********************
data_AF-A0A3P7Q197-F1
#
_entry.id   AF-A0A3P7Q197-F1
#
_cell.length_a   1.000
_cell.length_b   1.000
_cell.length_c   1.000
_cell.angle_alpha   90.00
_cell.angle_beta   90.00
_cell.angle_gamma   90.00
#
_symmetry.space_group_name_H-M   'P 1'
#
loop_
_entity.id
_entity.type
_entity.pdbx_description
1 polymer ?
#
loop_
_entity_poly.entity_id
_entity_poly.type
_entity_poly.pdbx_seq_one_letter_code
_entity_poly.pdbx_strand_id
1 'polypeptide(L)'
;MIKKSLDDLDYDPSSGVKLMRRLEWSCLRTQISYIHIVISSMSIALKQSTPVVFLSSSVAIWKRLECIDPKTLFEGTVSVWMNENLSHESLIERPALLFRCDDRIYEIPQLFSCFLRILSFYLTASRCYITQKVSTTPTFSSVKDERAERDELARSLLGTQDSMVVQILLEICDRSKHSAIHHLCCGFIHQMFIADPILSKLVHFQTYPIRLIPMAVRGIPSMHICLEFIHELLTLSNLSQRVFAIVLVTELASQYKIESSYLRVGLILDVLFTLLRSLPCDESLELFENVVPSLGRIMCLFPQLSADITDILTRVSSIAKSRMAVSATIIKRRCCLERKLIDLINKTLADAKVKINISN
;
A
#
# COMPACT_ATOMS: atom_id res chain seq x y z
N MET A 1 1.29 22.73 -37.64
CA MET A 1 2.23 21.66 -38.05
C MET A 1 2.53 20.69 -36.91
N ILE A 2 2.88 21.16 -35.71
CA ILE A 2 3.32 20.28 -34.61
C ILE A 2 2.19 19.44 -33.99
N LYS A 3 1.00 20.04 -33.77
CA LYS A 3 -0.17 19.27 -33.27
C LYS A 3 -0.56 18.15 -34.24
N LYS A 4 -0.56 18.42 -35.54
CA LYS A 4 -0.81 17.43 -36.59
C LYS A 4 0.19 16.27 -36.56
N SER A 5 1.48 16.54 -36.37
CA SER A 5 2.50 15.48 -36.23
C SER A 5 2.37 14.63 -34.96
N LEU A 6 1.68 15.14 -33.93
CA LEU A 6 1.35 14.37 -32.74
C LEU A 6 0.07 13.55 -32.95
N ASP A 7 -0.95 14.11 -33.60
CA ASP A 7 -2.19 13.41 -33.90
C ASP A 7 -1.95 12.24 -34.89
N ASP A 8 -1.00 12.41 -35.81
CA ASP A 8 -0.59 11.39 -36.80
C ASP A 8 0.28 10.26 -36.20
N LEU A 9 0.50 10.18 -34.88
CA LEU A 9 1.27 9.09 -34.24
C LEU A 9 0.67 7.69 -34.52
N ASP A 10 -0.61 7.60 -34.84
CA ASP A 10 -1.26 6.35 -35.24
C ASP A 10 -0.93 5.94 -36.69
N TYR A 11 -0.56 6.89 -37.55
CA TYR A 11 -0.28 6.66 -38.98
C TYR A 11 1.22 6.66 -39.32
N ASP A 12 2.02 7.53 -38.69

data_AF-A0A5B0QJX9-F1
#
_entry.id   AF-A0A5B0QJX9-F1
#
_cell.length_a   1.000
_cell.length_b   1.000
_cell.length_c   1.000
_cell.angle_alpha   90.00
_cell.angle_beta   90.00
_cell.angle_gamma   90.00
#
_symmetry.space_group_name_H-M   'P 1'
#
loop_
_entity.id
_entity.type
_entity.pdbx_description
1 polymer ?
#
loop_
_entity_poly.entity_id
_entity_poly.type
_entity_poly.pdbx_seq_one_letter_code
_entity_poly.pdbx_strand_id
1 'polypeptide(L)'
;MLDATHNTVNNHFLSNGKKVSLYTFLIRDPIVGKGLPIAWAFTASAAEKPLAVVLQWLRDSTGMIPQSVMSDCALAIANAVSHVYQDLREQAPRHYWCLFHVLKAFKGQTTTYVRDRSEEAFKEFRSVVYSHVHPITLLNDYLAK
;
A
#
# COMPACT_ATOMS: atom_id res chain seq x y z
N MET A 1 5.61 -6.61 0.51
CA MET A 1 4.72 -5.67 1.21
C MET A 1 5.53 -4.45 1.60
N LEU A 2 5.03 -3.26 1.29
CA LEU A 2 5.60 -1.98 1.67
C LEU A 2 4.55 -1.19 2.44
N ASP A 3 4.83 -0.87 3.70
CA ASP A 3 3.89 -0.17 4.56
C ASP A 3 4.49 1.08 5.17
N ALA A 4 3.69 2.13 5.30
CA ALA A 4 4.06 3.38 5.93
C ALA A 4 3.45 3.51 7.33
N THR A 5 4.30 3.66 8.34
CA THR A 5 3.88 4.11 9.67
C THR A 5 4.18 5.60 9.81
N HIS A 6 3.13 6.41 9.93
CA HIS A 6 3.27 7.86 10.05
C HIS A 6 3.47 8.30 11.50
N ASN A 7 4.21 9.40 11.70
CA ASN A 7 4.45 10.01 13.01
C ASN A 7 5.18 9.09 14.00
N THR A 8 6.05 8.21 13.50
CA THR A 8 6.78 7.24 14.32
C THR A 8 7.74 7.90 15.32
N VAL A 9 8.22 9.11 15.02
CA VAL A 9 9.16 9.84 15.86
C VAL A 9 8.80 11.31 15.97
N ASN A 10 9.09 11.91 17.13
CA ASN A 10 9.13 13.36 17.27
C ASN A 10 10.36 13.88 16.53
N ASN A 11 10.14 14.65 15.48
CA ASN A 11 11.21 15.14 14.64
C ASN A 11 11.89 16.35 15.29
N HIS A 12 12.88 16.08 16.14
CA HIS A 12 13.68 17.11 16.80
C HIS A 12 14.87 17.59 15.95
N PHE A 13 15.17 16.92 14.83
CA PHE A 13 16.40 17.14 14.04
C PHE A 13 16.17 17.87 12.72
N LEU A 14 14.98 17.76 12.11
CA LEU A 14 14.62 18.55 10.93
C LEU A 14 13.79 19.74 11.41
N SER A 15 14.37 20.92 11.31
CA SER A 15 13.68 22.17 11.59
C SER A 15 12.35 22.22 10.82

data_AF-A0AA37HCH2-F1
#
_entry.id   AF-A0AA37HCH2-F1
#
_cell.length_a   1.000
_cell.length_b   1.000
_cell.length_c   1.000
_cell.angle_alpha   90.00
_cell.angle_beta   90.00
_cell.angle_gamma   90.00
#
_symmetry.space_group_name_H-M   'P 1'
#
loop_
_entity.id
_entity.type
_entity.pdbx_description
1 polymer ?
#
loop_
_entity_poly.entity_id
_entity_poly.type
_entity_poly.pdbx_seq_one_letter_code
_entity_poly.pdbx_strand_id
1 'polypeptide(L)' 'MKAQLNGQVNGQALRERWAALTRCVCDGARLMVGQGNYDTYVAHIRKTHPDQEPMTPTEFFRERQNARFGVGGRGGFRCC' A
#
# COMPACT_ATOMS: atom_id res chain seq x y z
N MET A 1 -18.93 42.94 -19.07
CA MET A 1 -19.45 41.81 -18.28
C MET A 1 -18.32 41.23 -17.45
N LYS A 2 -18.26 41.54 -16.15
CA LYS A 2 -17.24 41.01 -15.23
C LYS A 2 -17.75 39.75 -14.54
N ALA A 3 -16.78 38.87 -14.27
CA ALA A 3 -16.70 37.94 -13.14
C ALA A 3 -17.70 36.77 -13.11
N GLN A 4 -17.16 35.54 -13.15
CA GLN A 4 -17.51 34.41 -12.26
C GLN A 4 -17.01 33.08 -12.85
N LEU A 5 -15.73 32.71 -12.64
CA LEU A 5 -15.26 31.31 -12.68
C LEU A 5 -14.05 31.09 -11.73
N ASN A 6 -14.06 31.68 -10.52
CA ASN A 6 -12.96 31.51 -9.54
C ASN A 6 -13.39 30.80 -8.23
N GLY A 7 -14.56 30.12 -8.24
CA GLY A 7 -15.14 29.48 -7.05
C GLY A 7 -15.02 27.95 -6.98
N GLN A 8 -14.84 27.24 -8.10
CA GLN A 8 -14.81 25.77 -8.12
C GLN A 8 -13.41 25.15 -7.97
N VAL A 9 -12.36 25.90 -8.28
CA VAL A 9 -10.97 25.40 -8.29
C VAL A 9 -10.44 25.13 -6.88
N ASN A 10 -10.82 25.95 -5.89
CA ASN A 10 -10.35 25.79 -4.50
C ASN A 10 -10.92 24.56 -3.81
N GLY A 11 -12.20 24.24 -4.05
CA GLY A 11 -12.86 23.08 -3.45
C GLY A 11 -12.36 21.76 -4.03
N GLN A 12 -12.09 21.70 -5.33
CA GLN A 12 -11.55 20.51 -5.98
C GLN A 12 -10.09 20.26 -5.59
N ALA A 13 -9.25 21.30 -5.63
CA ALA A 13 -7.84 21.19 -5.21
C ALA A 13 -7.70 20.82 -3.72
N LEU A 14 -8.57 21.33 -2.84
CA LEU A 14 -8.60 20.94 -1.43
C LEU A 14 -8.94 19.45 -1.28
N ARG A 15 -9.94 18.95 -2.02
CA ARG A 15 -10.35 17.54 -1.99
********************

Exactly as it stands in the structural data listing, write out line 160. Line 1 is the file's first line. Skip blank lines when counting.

_entity_poly.entity_id